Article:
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UA THEATRE CIRCUIT, INC. v. NATIONWIDE THEATRES IN
May 26, 1967
UNITED ARTISTS THEATRE CIRCUIT, INC., Plaintiff,
NATIONWIDE THEATRES INVESTMENT COMPANY, David A. Thomas and Berton Raden Thomas, Defendants
The opinion of the court was delivered by: MCGOHEY
The plaintiff, a Maryland corporation licensed to do business and having its principal place of business in New York, brought this action to recover security paid under a lease agreement and to recover on a guaranty agreement. The defendant Nationwide is an Ohio corporation which neither does nor is licensed to do business in New York. The individual defendants are Nationwide's principal stockholders and officers. Both are residents of Ohio.
The defendants move to dismiss the complaint and quash service on the following grounds: the service was improper; there is a prior action pending in an Ohio state court; the venue was improperly laid in the Southern District of New York.
Nationwide and the individual defendants were personally served in Ohio. From the affidavits it appears that both the lease agreement and the guaranty agreement were executed in New York; that considerable negotiations took place in New York; and that the security was actually paid in New York. Under such circumstances service in Ohio was valid and confers jurisdiction over the defendants.
The fact that there is a prior pending action in the Ohio state court does not require dismissal of the instant federal action.
The plaintiff urges with respect to the defendants' final ground for dismissal that 28 U.S.C.A. § 1391(c) permits a plaintiff corporation to lay venue in a district where it is doing business. That section provides:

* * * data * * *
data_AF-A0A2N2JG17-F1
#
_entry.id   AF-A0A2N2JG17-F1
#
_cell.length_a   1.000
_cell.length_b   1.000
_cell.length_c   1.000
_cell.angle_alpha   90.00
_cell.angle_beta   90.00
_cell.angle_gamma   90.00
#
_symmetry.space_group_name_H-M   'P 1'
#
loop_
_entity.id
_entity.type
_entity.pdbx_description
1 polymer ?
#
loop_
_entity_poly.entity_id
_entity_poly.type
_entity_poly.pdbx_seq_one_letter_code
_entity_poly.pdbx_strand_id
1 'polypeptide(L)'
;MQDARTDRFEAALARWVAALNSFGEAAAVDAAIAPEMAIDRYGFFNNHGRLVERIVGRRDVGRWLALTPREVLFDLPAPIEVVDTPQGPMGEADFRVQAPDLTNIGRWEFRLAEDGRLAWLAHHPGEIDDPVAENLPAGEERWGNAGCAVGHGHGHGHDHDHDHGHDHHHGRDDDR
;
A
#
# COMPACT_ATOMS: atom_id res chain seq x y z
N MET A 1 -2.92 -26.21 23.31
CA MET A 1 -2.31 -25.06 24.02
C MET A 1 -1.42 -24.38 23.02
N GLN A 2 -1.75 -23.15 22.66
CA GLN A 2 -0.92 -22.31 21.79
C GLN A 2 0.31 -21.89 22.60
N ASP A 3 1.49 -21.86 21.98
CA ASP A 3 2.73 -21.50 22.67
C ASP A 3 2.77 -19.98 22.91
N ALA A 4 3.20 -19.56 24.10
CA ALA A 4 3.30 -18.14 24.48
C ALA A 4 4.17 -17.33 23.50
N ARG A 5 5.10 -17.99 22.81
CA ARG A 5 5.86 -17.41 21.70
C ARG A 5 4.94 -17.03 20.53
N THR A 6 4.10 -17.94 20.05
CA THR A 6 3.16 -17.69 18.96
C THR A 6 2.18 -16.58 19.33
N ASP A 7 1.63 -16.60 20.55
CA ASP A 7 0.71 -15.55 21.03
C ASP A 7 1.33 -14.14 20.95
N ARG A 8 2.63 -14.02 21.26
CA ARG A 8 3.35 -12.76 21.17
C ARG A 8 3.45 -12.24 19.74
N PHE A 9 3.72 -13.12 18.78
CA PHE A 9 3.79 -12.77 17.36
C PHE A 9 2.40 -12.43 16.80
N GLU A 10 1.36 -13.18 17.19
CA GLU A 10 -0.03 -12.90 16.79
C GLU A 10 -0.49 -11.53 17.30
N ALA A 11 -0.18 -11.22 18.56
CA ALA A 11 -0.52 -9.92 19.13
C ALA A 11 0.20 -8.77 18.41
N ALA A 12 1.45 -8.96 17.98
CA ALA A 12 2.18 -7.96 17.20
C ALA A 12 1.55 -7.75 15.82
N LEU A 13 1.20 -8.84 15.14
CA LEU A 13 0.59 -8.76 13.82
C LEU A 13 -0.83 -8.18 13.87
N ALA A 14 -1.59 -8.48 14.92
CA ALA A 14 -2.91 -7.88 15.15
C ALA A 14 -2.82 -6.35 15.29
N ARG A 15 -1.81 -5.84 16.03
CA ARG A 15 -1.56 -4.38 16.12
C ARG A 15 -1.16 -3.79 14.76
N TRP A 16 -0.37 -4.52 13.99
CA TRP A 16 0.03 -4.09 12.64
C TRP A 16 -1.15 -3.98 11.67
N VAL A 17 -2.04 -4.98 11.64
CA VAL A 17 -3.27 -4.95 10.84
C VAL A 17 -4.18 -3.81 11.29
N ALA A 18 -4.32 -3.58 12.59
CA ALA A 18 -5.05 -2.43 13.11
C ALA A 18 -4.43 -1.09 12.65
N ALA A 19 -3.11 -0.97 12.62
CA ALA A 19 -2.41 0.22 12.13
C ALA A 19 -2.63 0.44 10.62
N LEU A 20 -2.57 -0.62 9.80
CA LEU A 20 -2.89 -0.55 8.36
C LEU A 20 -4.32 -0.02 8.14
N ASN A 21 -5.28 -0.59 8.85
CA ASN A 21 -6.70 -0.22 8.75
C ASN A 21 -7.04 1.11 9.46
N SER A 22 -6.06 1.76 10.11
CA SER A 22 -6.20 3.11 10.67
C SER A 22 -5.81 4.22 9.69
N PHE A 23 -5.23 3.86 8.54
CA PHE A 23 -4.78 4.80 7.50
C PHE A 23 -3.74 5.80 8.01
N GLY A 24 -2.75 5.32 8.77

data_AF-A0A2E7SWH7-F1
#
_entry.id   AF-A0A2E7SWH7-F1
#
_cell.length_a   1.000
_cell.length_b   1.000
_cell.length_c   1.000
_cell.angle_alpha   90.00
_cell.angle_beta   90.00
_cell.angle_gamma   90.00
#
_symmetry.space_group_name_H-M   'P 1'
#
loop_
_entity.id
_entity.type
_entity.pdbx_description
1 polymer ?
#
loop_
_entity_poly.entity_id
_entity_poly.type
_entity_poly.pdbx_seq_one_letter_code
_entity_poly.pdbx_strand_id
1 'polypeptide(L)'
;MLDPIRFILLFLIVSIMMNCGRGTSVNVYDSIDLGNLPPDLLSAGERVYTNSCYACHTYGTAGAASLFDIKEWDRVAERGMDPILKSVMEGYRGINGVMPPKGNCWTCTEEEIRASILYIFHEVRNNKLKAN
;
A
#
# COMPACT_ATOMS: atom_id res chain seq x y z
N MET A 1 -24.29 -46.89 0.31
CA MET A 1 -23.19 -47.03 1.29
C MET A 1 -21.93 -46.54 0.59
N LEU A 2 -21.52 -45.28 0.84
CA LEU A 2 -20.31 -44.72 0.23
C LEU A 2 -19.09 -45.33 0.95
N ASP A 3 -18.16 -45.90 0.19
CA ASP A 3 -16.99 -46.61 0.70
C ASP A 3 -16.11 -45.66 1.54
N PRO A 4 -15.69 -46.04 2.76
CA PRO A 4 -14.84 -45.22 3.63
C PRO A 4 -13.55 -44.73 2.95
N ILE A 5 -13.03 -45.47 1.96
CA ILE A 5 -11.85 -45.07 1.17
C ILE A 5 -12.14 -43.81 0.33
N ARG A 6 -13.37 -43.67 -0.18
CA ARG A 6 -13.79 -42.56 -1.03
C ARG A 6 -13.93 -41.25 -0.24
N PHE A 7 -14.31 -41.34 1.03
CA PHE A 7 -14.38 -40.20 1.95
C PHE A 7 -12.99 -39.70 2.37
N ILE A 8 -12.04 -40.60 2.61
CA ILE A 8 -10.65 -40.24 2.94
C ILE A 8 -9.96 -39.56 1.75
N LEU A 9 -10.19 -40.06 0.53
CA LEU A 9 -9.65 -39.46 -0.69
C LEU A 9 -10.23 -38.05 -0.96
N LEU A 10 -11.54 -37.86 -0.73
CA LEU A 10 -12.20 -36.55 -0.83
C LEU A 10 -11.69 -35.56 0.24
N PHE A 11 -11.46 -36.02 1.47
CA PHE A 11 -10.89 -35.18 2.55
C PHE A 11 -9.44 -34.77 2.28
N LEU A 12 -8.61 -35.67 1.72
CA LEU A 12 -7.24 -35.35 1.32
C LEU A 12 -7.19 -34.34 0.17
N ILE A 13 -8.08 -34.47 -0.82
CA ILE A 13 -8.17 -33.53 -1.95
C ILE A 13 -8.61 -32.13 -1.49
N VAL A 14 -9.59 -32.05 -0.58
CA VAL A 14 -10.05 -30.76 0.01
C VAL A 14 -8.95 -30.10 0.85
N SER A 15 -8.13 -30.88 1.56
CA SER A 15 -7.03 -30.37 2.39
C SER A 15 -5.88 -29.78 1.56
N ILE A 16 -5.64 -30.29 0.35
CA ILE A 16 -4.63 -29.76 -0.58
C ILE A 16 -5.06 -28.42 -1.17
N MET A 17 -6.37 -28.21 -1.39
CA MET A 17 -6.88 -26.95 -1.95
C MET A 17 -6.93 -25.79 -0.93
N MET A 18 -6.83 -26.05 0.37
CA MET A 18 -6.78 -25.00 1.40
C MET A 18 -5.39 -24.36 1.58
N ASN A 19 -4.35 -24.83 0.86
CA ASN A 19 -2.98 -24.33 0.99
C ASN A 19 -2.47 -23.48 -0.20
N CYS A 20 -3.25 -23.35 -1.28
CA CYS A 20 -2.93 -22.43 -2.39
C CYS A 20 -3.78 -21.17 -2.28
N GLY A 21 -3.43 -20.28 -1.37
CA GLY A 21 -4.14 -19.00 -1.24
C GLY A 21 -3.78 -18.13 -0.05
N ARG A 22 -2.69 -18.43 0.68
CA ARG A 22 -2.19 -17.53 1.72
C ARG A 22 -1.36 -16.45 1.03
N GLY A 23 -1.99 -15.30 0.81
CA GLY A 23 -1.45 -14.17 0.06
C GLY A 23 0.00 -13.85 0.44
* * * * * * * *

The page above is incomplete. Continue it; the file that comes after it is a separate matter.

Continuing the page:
"A corporation may be sued in any judicial district in which it is incorporated or licensed to do business or is doing business, and such judicial district shall be regarded as the residence of such corporation for venue purposes."
There has been a sharp division of authority as to whether this section applies only to defendant corporations or to plaintiff corporations as well.
In this circuit the district courts have, with one exception, held that § 1391(c) applies to all corporations.
The exception is the decision in Lumbermens Mut. Cas. Co. v. South Portland Eng'r Co.
Judge Bonsal there held, chiefly on the authority of the Fourth Circuit's decision in Robert E. Lee & Co. v. Veatch,
that § 1391(c) applies only to defendants. With deference to the courts which have held the contrary, Judge Bonsal's view is adopted.
The motion to dismiss for improper venue is granted.
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